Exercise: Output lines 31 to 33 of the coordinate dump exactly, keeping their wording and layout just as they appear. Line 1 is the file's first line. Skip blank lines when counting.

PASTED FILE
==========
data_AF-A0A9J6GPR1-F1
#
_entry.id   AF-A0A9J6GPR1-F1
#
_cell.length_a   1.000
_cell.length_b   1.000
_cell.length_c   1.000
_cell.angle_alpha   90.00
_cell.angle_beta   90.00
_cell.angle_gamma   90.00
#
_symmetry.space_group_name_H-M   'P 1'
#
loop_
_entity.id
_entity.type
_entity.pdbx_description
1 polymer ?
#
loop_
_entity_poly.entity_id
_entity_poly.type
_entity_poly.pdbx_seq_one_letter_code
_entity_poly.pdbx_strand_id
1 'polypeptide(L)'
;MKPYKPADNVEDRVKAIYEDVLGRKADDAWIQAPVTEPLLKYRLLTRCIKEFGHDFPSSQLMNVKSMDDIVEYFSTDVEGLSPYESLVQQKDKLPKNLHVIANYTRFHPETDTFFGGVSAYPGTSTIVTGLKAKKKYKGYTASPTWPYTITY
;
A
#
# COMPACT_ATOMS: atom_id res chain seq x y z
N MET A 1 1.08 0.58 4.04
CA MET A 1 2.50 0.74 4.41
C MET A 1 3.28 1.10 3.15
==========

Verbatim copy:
N MET A 1 1.08 0.58 4.04
CA MET A 1 2.50 0.74 4.41
C MET A 1 3.28 1.10 3.15